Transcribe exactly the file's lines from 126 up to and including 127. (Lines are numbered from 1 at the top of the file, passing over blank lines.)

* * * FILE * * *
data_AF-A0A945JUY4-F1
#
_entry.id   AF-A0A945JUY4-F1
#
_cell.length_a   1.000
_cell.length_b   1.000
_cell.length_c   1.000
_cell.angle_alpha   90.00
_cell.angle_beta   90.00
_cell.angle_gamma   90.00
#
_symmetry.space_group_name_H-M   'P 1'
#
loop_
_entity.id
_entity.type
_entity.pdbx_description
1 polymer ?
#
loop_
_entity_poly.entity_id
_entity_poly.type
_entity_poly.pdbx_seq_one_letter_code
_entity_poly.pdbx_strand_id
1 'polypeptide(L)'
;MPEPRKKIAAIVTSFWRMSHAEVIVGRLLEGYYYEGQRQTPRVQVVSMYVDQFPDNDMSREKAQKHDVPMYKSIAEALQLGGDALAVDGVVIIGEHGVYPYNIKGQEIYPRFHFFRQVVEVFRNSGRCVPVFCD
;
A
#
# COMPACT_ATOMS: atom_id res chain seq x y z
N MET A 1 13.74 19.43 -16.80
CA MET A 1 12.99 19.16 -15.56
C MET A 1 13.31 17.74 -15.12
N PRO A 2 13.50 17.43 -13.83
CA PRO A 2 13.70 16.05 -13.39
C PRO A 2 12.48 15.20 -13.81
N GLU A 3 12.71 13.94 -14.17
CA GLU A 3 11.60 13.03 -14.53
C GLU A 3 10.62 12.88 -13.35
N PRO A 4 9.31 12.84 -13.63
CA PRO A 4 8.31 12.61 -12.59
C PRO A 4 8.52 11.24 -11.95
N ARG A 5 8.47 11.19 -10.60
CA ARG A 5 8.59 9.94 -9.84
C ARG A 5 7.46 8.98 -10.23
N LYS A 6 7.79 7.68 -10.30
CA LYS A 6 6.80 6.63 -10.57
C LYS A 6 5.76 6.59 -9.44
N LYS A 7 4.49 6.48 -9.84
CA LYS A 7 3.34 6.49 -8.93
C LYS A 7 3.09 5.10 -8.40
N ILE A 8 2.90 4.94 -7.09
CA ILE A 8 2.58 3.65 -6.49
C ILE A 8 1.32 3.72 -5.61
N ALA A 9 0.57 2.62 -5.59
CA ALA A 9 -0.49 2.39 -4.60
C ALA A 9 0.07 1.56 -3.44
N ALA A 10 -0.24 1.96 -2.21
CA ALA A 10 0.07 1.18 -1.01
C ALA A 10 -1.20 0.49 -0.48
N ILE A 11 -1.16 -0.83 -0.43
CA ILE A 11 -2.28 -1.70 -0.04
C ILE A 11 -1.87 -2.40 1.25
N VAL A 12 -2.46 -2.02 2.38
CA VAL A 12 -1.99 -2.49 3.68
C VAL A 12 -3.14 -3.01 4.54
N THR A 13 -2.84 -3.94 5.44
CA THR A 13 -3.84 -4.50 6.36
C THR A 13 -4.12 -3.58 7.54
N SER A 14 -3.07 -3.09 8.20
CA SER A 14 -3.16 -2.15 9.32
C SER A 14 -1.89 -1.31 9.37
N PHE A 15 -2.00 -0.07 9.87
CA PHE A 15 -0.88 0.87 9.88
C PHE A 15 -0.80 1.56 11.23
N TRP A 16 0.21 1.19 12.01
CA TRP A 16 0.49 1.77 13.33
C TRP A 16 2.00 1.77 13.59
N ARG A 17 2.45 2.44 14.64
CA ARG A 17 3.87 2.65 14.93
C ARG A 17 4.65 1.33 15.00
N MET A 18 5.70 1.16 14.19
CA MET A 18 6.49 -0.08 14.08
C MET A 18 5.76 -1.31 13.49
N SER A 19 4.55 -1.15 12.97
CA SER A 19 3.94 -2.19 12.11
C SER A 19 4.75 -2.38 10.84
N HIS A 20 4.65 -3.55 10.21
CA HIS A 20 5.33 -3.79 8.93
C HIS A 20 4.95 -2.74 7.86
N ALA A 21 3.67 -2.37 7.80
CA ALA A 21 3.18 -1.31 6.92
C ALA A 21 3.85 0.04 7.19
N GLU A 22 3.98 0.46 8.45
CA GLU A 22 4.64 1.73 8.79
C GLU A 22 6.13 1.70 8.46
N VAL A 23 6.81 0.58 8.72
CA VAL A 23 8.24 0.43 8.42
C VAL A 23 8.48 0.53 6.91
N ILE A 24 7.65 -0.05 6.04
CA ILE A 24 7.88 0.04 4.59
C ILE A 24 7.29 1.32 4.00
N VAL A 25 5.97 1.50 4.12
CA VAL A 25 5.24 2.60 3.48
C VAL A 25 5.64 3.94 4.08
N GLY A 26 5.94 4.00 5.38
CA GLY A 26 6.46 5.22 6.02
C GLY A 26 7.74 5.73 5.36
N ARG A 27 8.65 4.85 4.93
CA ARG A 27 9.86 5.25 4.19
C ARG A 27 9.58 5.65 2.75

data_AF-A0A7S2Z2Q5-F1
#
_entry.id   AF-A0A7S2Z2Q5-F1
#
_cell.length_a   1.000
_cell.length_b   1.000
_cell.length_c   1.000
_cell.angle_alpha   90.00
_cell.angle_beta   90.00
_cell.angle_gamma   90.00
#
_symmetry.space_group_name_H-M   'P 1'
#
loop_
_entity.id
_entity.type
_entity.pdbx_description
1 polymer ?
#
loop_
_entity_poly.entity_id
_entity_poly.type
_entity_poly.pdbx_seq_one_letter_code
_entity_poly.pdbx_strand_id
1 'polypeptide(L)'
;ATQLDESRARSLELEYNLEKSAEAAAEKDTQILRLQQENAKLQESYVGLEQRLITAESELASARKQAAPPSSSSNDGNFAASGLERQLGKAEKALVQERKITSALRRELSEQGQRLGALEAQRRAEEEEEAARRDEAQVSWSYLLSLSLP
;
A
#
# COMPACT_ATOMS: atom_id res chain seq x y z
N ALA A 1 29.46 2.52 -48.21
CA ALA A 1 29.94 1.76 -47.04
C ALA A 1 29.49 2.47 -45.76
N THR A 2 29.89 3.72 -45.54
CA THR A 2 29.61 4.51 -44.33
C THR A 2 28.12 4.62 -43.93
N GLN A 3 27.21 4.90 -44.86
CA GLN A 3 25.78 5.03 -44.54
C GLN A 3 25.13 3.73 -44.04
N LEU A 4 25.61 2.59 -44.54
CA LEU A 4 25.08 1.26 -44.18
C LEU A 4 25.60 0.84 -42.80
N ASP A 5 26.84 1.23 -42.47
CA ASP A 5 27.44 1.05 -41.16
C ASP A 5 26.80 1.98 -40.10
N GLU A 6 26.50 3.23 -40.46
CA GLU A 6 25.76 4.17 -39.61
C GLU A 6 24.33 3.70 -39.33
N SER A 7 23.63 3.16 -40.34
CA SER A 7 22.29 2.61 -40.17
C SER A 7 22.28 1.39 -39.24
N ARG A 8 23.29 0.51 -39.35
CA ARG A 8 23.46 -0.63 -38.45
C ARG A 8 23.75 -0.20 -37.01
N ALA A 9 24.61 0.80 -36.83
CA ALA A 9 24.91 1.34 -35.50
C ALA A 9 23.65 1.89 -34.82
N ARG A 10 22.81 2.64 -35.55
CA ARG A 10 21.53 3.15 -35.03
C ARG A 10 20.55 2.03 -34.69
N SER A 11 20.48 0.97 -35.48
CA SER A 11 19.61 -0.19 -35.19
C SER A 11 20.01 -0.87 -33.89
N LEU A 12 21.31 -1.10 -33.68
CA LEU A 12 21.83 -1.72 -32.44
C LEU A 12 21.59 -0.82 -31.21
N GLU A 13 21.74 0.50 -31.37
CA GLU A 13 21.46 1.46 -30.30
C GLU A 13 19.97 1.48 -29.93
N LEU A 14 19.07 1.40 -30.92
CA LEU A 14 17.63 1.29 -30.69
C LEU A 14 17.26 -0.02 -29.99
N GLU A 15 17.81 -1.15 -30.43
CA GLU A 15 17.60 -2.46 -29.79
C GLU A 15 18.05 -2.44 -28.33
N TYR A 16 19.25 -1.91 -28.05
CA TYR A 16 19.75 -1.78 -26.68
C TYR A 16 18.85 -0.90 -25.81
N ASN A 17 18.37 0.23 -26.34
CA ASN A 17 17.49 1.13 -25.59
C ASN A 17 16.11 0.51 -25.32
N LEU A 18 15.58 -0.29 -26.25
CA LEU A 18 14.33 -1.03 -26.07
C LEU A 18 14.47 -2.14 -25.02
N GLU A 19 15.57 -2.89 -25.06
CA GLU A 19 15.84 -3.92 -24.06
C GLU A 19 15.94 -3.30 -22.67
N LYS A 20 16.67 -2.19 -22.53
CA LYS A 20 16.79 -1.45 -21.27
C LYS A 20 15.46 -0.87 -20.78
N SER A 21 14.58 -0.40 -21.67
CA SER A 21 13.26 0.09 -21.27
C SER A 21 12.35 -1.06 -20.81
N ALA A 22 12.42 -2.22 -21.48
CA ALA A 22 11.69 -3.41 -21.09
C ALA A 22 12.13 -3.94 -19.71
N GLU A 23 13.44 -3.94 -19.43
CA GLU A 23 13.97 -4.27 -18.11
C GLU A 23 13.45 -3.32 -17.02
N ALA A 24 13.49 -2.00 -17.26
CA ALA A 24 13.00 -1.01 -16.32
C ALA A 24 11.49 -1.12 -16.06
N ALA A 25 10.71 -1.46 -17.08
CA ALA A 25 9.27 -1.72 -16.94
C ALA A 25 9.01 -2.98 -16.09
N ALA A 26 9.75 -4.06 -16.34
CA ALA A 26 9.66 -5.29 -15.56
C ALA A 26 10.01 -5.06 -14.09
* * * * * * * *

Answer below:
_entity.id
_entity.type